No. 2

No one likes to admit or talk about it, but bowel movements are an important part of our daily function – or for some of us, not-so-daily.  Constipation is a hard problem in more ways than one, and it more commonly affects women.

Let’s talk about what is normal.  You may be surprised to know that going at the same time every day once a day, while pleasantly predictable, is not the only normal.  Depending on the person, bowel movements may happen three times a day or three times a week.  And you may be wondering, “if I only go three times a week, then how do I know when I’m constipated?”  The definition of constipation varies among people.  Generally, you are considered constipated if you strain during defecation (pooping), have stools that are frequently lumpy or hard, or often get a sensation of incomplete evacuation (still needing to go).  If none of these describe your bowel habits on a semi-regular basis, then consider yourself constipation-free.  As long as you are comfortable during your movement ritual and are not experiencing any abdominal bloating or pain, then your frequency is normal for you.

At some point in their lives most people get constipated.  So what is the big deal?  Being constipated more than just every once in a while can lead to unpleasant consequences like hemorrhoids, anal fissures (small tears of the anus), rectal prolapse (rectum protrudes through the anus), and fecal impaction (feces so hard and large that it cannot pass through the anus).  And right about now you are probably fairly motivated to know what causes constipation and how to prevent and treat it.

Constipation happens when the stool hardens, dries, and moves through your gastrointestinal tract too slowly.  Assuming that you are not pregnant or have a medical condition causing constipation, the cause is usually multifactorial and often not found.  Many sources site that constipation is often caused by inadequate fluid intake, a diet too low in fiber, ignoring the urge to have a bowel movement, medications, and lack of physical activity.  However, research has not proven that increasing your dietary fiber, fluid, or exercise are effective for constipation.  Instead, try some behavioral changes.  The bowels are most active following meals (especially in the morning), and this is often the time when stools will pass most readily.  Learn to listen to your body’s signals to have a bowel movement.  If you ignore them, they may become weaker over time.  Not getting the signal?  Trying going to the powder room for a bit after you eat anyway, you may awaken them.  It will not necessarily harm you to increase the fiber in your diet (recommended amount is 25 grams of fiber per day).  Read the labels on what you are eating or go for an over the counter bulking fiber (Metamucil, Benefiber, FiberCon, Citrucel, etc.).  Caution: fiber may [initially] cause gas and bloating, and in some cases worsen constipation.  Start with a small dose of fiber and increase until you have soft, comfortable bowel movements.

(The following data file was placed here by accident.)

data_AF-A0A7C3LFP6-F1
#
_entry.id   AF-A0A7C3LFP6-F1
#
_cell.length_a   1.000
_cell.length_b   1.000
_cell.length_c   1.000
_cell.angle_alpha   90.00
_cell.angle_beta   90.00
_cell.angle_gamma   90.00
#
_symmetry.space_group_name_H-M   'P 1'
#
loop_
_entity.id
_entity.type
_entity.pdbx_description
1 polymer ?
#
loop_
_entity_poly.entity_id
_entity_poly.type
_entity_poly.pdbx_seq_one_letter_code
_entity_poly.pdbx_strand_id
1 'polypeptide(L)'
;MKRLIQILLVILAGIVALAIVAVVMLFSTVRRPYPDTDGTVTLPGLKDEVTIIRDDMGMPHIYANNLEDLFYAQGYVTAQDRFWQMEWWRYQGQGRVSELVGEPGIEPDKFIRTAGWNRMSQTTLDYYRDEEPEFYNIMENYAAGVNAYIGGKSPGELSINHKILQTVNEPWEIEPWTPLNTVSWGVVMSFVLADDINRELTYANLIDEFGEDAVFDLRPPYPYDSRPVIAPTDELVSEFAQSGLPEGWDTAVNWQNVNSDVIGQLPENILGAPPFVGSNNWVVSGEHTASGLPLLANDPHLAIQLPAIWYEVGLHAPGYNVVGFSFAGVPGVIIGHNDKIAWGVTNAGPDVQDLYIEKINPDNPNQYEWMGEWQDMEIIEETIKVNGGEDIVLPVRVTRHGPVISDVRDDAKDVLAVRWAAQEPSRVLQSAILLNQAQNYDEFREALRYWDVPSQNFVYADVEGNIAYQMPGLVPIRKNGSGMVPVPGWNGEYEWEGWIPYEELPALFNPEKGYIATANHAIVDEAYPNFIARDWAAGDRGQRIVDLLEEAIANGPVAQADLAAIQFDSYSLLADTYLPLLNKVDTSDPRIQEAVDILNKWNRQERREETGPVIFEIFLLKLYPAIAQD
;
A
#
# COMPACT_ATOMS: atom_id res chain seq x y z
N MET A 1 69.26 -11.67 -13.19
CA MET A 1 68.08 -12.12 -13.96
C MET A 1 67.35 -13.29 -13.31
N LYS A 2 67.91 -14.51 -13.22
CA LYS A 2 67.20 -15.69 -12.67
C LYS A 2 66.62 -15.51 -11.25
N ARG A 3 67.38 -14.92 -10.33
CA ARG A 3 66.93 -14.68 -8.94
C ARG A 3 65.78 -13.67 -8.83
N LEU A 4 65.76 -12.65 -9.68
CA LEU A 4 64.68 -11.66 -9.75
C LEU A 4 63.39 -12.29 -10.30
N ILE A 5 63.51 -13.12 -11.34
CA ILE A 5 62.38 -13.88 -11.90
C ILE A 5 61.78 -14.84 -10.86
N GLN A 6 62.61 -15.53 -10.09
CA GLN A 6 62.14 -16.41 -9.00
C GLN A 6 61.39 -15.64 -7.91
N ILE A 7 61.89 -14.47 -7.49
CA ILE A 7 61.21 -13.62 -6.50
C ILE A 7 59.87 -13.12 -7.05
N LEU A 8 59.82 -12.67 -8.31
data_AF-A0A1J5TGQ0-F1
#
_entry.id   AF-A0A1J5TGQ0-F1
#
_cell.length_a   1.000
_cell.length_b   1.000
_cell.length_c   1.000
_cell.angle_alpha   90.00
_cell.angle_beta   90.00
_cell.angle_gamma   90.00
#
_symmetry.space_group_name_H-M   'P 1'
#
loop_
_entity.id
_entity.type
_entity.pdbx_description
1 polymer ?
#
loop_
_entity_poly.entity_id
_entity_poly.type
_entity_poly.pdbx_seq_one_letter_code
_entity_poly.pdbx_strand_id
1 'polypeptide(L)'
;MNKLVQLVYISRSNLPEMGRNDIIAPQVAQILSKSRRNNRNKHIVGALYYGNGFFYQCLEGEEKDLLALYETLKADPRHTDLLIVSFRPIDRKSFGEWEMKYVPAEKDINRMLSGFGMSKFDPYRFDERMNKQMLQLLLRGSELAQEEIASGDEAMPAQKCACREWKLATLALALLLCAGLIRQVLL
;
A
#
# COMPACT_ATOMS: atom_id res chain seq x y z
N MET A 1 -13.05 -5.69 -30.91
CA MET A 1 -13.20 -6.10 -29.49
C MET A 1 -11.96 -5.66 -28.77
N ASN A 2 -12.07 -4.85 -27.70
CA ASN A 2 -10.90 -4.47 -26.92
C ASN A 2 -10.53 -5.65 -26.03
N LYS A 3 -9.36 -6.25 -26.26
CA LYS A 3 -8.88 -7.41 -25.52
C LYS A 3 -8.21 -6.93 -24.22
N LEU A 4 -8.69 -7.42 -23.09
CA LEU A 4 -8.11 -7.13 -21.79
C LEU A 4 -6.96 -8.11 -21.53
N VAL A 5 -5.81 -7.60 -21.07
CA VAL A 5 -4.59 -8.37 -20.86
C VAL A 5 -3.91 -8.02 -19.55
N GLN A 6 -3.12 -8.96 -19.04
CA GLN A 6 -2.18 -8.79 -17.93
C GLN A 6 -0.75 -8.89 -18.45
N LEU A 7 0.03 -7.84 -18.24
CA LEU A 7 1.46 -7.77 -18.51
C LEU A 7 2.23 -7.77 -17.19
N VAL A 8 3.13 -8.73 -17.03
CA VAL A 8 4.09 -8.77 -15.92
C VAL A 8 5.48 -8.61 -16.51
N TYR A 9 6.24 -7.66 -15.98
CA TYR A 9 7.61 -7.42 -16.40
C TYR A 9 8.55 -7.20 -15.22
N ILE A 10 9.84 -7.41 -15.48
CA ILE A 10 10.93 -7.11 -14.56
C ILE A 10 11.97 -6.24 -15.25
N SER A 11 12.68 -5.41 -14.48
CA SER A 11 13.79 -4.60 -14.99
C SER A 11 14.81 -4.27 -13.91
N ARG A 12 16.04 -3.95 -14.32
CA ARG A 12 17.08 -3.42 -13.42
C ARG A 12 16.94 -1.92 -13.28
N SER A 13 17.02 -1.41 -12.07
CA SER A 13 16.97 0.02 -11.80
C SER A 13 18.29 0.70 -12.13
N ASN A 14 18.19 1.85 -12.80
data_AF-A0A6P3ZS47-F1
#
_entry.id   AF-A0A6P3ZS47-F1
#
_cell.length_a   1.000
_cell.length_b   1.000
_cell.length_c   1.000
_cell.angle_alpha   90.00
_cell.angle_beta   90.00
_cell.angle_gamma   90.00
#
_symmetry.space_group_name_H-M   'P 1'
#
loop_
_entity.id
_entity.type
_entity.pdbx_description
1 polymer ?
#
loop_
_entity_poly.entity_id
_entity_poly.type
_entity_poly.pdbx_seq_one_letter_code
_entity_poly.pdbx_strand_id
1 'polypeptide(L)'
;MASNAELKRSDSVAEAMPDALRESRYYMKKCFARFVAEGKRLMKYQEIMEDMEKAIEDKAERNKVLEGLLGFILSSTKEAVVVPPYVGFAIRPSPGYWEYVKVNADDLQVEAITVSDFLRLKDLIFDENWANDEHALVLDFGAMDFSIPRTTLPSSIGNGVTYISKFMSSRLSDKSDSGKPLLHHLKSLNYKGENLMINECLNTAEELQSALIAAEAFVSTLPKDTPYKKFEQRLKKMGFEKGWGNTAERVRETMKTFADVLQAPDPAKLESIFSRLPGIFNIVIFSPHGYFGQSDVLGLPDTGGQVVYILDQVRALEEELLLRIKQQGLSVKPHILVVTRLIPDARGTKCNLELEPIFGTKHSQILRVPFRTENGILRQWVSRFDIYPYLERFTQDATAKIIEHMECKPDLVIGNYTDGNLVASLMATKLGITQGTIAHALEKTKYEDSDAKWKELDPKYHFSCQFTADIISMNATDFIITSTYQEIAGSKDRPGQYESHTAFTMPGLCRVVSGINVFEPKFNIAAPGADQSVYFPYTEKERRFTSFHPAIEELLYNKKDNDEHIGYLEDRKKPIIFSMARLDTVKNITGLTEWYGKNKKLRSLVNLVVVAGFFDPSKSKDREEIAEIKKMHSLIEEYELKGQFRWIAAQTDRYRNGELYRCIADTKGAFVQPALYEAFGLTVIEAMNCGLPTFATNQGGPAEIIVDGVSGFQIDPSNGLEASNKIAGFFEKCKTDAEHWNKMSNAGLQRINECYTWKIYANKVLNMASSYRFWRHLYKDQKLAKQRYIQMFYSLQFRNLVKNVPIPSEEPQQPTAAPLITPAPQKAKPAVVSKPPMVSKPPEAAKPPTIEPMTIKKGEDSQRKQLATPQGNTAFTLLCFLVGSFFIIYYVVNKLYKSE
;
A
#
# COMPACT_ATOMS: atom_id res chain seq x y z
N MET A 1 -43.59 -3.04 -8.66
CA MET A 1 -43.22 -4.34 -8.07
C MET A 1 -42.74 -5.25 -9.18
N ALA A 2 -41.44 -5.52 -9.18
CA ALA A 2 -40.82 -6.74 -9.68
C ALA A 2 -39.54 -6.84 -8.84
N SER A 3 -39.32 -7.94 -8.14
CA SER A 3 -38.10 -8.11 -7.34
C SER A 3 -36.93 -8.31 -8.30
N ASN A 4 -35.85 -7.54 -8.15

Been there, done that and still no success?  Not all that surprising, and you are not alone.  Many people require laxatives.  There are basically two categories of laxatives: hyperosmolar and stimulant.  The hyperosmolar laxatives (MiraLax,GoLytely, and others) are agents that draw water into the bowel, thereby making the stool softer, as well as promote movement of the stool.  Hyperosmolar laxatives are over the counter medications and frequently used in healthcare as they have few risks and tend not to cause abdominal cramping.  Stimulant laxatives, on the other hand, stimulate the propelling action of the bowel.  As you can imagine these medications are associated with cramping and potentially harmful side effects.  And in the natural category, prunes and citrus work for some people as laxatives, too.

It is time to see your provider when you have bowel movements that are outside your normal, significant pain with defecation, constipation lasting more than two weeks, blood in your stool, or other alarming symptoms.  It would be helpful to your provider if you kept a bowel movement log for your constipation as well as a list of what you have tried, when, and for how long.

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